Preventing House Fires
House fires can be devastating and deadly. Like everything else in life, an ounce of prevention is better than all the insurance in the world.
Reducing Your Risk of House Fires
60% of all house fires start in the kitchen – specifically, the stovetop. Never leave your cooking unattended, and keep your cooking area clean of flammable items – cookbooks, paper towels, etc. It can take less than 30 seconds for the smoke to turn into fire. Grease-fires are especially common and responsible for 1 in every 5 house fire deaths.
Electrical fires can happen at any time and usually result in greater loss of property than other types of fires. Avoid running cords under carpets, or in places where they could be tripped over. Never overburden an electrical outlet or extension cord, and use common sense when inspecting old appliances. Old or worn-old plugs and cords can overheat, or cause sparks, and are not worth the risk.
Smoking is deadly, in more ways than one – it is the leading cause of home fire deaths. Take special care to dispose of cigarettes and other burning things carefully.
These few steps can greatly reduce your risk of house fires:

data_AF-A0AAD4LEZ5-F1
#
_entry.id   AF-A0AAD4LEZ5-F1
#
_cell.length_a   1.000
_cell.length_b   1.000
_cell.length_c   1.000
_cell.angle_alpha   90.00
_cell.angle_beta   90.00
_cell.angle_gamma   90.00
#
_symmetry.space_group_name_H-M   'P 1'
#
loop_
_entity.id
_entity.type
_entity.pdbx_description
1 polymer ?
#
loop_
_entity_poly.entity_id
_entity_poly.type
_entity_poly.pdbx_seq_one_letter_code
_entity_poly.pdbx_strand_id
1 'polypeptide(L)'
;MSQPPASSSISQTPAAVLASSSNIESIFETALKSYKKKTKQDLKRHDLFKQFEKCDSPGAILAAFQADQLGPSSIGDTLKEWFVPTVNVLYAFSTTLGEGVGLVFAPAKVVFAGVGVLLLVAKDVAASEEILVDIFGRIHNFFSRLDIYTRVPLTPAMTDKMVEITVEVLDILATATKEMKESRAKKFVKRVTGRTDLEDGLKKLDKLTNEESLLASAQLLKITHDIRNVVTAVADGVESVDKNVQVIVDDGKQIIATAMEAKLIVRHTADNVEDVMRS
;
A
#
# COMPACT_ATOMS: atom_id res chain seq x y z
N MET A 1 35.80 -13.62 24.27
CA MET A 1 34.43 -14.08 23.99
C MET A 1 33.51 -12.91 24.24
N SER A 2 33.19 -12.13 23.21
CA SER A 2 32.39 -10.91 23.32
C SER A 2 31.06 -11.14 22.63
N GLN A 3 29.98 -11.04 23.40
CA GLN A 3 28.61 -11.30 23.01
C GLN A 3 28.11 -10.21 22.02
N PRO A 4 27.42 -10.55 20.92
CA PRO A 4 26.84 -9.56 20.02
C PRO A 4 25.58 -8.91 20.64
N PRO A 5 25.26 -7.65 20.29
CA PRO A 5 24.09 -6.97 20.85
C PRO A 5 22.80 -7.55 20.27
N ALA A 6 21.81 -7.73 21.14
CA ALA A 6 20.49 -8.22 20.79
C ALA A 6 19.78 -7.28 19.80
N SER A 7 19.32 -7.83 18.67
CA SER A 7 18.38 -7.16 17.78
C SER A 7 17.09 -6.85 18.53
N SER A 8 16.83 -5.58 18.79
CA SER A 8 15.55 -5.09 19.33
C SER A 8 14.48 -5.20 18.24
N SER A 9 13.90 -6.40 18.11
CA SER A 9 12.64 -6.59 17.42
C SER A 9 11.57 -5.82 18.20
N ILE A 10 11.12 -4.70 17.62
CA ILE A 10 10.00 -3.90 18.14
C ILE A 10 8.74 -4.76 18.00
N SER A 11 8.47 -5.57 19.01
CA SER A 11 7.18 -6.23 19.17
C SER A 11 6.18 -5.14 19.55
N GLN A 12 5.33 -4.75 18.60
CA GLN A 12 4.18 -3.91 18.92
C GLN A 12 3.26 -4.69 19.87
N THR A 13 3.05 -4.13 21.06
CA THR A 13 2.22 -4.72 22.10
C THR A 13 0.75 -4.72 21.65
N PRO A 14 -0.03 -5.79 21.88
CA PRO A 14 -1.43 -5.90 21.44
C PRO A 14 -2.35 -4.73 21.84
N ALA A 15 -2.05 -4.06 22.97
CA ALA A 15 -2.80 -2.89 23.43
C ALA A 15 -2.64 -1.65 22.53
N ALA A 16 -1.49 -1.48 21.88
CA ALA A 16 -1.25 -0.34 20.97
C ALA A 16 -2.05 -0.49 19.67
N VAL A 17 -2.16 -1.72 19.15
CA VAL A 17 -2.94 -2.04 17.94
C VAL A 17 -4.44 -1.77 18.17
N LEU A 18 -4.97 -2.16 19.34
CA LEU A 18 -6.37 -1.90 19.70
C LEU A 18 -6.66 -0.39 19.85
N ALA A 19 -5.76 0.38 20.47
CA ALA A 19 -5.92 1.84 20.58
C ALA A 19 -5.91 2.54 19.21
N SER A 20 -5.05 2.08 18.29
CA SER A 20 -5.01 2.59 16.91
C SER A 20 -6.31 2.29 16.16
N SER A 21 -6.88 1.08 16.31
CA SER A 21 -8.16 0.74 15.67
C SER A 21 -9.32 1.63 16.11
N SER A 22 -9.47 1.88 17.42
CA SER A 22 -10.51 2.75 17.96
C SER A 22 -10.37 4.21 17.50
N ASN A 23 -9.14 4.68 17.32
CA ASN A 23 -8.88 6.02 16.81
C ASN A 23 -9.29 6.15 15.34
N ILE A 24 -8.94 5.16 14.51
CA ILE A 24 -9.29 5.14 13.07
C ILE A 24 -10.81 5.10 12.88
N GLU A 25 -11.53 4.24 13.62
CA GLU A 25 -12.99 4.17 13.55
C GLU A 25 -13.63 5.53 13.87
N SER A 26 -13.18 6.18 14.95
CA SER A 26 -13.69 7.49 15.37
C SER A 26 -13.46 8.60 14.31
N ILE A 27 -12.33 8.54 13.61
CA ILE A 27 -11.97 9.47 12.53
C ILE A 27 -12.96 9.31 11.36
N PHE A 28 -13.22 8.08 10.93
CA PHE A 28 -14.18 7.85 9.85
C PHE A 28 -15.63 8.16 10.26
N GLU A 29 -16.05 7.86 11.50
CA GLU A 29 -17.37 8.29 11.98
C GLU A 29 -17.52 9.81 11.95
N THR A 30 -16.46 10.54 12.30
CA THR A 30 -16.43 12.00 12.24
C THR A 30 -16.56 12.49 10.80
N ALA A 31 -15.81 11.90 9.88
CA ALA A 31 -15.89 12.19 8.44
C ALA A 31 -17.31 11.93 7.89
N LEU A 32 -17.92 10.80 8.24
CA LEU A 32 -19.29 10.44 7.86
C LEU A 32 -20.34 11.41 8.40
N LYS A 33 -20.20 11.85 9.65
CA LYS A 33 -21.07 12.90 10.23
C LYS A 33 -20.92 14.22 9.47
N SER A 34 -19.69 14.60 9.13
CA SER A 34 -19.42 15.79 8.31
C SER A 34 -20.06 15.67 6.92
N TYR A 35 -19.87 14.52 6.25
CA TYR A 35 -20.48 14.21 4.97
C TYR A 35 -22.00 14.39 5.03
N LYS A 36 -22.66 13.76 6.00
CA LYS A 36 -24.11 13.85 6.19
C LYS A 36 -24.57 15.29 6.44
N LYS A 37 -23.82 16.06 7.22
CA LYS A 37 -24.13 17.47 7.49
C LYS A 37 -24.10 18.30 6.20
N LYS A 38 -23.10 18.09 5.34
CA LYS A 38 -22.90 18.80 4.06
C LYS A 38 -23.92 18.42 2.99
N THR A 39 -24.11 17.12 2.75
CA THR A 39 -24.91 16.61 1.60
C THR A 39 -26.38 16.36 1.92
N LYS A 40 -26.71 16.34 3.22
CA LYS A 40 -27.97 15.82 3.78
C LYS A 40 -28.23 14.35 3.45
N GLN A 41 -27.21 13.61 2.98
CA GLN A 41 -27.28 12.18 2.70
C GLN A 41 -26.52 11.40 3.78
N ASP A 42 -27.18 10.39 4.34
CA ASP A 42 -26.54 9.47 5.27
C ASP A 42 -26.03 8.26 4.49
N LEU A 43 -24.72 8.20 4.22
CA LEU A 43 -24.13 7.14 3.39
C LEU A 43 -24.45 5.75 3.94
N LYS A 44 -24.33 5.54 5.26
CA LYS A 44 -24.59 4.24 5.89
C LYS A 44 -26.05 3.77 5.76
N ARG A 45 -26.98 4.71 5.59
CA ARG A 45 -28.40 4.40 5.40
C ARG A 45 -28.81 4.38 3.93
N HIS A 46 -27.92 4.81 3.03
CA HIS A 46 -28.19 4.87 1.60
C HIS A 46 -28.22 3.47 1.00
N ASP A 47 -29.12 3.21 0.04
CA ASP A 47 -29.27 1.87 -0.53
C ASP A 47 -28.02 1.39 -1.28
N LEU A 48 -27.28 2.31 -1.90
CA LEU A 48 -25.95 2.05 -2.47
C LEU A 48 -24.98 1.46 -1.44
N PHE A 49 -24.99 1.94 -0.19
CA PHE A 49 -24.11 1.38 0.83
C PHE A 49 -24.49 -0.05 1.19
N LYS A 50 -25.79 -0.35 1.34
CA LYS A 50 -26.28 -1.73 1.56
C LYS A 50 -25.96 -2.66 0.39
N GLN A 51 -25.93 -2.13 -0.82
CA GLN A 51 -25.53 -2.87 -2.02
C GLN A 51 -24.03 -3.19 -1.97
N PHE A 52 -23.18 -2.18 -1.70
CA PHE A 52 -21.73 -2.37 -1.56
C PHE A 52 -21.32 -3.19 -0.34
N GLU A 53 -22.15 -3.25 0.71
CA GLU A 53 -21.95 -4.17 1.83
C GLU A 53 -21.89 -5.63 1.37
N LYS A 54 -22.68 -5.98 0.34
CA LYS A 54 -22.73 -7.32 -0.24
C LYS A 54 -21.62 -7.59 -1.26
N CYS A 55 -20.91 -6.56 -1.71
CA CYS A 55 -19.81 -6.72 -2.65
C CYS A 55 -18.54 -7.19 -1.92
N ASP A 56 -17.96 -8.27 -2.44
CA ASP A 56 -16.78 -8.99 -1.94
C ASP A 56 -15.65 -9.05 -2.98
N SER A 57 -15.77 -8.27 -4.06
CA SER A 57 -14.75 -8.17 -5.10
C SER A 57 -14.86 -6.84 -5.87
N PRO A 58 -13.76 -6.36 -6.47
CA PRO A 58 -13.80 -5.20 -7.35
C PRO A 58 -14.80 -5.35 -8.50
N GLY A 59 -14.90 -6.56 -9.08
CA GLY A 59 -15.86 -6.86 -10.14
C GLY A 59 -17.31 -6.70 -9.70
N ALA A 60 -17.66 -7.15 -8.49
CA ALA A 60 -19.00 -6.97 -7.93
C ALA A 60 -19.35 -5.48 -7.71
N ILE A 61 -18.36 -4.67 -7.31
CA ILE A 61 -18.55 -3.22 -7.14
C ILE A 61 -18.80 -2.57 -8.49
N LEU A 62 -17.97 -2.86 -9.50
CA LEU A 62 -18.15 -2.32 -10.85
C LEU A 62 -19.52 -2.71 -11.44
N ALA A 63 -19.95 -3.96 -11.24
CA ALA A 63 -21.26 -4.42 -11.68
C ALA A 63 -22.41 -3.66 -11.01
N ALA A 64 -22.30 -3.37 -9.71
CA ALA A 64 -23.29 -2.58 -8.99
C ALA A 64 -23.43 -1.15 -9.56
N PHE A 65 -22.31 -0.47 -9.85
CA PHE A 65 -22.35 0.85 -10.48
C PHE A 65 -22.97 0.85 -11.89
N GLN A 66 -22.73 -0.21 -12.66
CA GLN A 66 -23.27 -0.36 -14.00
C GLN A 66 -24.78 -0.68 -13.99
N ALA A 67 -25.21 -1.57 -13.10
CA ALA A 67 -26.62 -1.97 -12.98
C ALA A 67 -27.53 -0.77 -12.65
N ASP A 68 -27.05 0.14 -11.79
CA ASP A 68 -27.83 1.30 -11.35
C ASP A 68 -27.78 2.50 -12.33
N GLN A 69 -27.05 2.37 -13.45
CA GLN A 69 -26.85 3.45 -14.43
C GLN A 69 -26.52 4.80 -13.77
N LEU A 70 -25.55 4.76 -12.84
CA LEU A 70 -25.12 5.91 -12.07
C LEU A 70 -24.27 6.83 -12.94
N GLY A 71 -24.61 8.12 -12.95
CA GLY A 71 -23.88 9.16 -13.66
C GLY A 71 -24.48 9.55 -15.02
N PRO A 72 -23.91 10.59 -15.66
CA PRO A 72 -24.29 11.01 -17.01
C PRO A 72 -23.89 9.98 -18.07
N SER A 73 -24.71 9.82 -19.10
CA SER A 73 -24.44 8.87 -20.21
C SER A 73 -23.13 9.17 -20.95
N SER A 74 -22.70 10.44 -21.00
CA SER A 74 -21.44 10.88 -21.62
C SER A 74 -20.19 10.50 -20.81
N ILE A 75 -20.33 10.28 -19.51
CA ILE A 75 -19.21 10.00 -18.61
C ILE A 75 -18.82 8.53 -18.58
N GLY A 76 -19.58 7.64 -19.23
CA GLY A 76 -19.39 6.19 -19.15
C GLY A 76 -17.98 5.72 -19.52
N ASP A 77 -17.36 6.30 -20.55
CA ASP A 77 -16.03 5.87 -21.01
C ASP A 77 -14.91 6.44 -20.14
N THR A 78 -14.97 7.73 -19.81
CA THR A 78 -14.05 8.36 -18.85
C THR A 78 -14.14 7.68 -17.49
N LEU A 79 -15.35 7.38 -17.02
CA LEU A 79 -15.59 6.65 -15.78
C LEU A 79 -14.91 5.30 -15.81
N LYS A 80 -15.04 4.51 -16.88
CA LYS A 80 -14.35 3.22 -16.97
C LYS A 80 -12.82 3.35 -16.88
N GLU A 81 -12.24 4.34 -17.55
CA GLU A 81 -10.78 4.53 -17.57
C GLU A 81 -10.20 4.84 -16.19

- Never leave cooking food unattended
- Check your electrical cords, plugs, and outlets regularly
- Clean the lint tray of the dryer after every cycle
- Don’t place a space heater near furniture, curtains, or other flammable objects
- Get an annual chimney inspection
- Dispose of cigarettes with care
- Have a screen in front of your fireplace to catch embers
Creating a House Fire Plan
Always keep a fully-charged fire extinguisher. The only time you’ll need one is when you’ll really need one. Know what type of fire you’re dealing with. Never throw water on a grease or electrical fire.
Fire alarms (in every room and on every floor) should have their batteries tested monthly and changed yearly.
According to Esurance, 74% of families don’t have a fire escape plan. It’s time to make one.
- Have several escape routes planned – whether it’s a window or a backdoor, know how you can get out of your house quickly.
- Inhaling smoke can quickly disorient you. Stay low and cover your mouth.
- Remove yourself from the danger and call the emergency line as soon as possible
While everyone has keepsakes that are valuable to them, the only thing that can’t be replaced in a house fire is lives. Make sure you know how to reduce your risk of house fires, and have a plan for getting yourself, your family, and your pets to safety.